“The first step is to prepare parallel company valuations to determine the Enterprise Value of each lender. To assure objectivity, this task should be delegated to an independent experienced analyst with deep mortgage banking industry knowledge and M&A valuation skills. This valuation exercise should include a comparative assessment of each lender’s basic business model including production organization, product mix trends, quality and loyalty of the field sales force, staff productivity metrics, management effectiveness, financial performance, financial strength and industry reputation. The relative production franchise premium — the economic value over and above Balance Sheet Net Worth — will be key to determining the pro-rata ownership share of the merged mortgage bank. As a by-product, the valuation assessment will provide valuable insights on the functional integration discussed in the next paragraph.
“The second step is the most subjective and potentially most contentious: crafting the new organization chart with the selected managers assigned to the key leadership positions. If the two CEOs have not already identified the ‘anointed leader,’ then that decision must be made before proceeding with selecting the go-forward management team. While this assessment is best undertaken by the two owner/CEOs, the retention of an independent third party capable of rendering objective recommendations, may be the most expeditious process to help the owners make informed decisions regarding the key functional heads. Elimination of redundant functions is critical step in achieving the scale economies through consolidation cost savings, but it can be the most painful process in that some good and loyal people will lose their jobs.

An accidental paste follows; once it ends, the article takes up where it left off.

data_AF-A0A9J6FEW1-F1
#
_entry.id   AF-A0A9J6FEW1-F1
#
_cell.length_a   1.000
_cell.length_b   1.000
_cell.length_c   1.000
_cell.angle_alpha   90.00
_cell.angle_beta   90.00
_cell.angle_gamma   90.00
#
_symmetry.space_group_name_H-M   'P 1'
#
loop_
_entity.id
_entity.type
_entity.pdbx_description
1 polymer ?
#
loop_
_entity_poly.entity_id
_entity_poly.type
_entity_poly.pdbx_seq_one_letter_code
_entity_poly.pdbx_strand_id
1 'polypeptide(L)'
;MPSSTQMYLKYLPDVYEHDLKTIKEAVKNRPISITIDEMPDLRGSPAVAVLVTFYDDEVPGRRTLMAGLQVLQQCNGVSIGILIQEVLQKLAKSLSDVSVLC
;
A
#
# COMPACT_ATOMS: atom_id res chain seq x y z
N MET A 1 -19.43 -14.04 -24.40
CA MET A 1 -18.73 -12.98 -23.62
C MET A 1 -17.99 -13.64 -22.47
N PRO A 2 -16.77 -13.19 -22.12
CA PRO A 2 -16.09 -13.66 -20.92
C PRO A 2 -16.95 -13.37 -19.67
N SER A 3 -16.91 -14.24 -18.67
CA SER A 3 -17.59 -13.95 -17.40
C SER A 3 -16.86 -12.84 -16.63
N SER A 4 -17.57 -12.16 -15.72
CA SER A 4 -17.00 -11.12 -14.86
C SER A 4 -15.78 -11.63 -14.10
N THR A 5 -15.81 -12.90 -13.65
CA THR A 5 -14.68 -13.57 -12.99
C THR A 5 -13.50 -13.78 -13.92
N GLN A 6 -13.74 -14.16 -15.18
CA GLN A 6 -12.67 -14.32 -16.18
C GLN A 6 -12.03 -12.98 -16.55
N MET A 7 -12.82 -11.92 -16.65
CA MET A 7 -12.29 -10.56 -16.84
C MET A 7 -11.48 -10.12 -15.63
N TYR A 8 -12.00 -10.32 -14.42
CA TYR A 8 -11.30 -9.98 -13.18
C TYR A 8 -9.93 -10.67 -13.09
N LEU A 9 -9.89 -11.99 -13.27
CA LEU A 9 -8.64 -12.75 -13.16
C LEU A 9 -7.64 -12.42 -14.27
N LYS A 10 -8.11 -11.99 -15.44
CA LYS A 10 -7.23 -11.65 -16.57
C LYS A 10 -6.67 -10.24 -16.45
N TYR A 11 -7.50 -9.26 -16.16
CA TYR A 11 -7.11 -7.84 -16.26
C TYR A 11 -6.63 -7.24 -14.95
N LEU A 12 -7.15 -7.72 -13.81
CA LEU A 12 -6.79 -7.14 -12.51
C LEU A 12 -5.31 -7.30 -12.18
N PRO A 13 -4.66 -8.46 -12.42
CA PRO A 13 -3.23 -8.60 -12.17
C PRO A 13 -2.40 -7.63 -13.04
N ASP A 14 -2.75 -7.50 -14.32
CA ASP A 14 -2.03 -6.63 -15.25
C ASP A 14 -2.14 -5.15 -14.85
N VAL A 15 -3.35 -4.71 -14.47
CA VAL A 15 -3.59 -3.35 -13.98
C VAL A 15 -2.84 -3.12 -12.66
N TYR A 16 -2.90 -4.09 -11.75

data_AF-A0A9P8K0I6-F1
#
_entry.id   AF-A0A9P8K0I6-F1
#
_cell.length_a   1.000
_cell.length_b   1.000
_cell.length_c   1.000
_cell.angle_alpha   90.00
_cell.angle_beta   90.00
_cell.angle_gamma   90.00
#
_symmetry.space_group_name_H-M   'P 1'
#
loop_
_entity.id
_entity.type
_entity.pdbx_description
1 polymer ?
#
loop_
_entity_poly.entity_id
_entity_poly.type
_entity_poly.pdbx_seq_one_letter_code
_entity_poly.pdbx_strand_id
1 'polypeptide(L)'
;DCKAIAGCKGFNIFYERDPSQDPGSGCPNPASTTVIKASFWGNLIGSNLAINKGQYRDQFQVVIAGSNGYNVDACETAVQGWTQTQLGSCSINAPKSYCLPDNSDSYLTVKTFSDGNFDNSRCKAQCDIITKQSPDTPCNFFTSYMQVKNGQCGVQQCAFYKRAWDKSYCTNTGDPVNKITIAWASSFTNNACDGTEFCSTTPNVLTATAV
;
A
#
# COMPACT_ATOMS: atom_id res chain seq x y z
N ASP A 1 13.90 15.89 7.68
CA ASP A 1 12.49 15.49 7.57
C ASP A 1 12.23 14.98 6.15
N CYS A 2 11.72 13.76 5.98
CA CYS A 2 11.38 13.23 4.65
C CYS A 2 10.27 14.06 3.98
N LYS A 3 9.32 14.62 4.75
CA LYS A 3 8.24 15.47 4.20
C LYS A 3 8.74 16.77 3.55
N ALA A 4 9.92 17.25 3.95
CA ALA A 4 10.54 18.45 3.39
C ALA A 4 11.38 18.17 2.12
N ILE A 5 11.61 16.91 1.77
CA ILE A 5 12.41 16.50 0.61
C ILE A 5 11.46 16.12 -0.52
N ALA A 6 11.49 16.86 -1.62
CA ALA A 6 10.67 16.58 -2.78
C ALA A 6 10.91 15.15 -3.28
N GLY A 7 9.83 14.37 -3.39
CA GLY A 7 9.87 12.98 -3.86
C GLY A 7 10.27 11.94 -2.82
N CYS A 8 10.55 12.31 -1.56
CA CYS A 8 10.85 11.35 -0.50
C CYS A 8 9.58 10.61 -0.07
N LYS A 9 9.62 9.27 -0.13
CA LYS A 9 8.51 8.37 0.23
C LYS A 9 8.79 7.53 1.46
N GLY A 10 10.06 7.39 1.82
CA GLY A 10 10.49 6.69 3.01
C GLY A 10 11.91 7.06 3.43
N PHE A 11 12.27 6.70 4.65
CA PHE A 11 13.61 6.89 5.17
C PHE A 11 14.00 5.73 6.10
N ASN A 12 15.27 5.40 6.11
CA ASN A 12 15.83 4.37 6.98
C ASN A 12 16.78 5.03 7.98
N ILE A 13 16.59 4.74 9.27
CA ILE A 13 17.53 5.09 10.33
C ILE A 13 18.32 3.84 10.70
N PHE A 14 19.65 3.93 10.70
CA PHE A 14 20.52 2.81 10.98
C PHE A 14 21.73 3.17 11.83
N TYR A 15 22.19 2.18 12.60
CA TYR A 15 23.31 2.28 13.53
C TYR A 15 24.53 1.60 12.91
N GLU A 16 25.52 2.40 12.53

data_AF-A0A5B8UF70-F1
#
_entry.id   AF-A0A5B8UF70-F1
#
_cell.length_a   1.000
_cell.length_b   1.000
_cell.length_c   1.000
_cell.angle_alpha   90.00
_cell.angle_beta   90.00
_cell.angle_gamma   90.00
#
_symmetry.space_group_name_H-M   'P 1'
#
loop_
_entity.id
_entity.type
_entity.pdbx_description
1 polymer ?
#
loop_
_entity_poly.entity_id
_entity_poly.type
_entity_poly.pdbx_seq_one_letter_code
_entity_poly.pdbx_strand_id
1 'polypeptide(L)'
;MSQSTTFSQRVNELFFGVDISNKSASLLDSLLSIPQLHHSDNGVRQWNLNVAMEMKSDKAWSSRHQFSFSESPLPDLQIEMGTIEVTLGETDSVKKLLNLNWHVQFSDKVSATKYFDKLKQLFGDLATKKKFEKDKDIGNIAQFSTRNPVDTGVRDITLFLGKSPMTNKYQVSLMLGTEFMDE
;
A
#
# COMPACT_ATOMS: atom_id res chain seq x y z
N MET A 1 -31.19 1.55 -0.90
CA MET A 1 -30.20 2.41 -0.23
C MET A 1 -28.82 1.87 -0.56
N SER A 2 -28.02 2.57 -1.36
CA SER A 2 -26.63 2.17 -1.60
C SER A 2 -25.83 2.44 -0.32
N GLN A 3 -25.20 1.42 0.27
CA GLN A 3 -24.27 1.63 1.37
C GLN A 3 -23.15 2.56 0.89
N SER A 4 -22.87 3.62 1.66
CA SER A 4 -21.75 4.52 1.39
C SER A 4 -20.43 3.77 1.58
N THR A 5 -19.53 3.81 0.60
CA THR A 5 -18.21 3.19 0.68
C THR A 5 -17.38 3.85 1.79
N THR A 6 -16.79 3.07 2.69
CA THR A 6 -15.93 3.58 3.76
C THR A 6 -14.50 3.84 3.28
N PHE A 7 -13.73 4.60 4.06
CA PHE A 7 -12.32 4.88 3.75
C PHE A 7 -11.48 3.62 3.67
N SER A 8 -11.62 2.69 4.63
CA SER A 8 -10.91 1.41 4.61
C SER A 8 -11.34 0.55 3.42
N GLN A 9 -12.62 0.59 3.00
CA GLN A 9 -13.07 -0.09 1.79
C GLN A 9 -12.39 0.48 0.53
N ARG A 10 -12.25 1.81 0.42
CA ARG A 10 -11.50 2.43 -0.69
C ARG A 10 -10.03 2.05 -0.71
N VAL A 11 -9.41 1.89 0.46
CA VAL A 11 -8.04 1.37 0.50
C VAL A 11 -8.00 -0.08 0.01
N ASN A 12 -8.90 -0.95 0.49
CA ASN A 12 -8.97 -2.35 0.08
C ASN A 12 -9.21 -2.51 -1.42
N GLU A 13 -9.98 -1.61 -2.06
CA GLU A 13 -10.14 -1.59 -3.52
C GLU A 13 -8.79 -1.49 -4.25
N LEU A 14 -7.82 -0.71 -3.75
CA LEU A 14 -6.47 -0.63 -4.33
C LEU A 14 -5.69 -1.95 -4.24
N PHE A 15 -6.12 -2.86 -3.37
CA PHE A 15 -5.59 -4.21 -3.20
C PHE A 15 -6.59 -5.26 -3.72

“One of the possible complicating factors in creating the new organization might be geography wherein certain key managers would be required to relocate to the Home Office of the surviving entity. Although some functions can be managed at remote locations from the Headquarters, there are certain executive positions which should be located at the Home Office. For example, the Senior Production Executive, Chief Information Officer, Operations Manager and Head of Human Resources are examples of activities which require frequent interactions up and down the organization chart. Capital Markets and Compliance could be handled remotely at least for an interim period.
“The final step will largely determine the outcome of a contemplated merger: collaboration between both organizations to develop the transition/assimilation plan to integrate the two organizations into a single powerhouse competitor which has successfully captured the best of both companies. The attitude and spirit by which this integration is executed will establish the go-forward corporate culture.
“In many respects, a merger entails many of the same difficult personnel and organizational decisions as an acquisition. But for those owners who are not ready to sell their Company, a merger offers several attractive benefits and strategic positioning without giving up ownership.” Thank you, Jeff!
Easier & cheaper to retain versus bringing in someone new
In December Bob Masur wrote, “Why do so many people seem to think training is the best or (sometimes) the only solution to a performance problem? What about management’s responsibilities to set performance expectations, provide feedback, ensure needed tools and resources are available, and institute rewards and consequences?
“Training certainly has its place and value. It loses much value, however, if people don’t understand what’s expected of them, know how they’re performing against those expectations, have the tools and resources they need to do the job, and experience personal measures of success or failure. One man’s opinion that a number of factors influence performance even more than good training does.”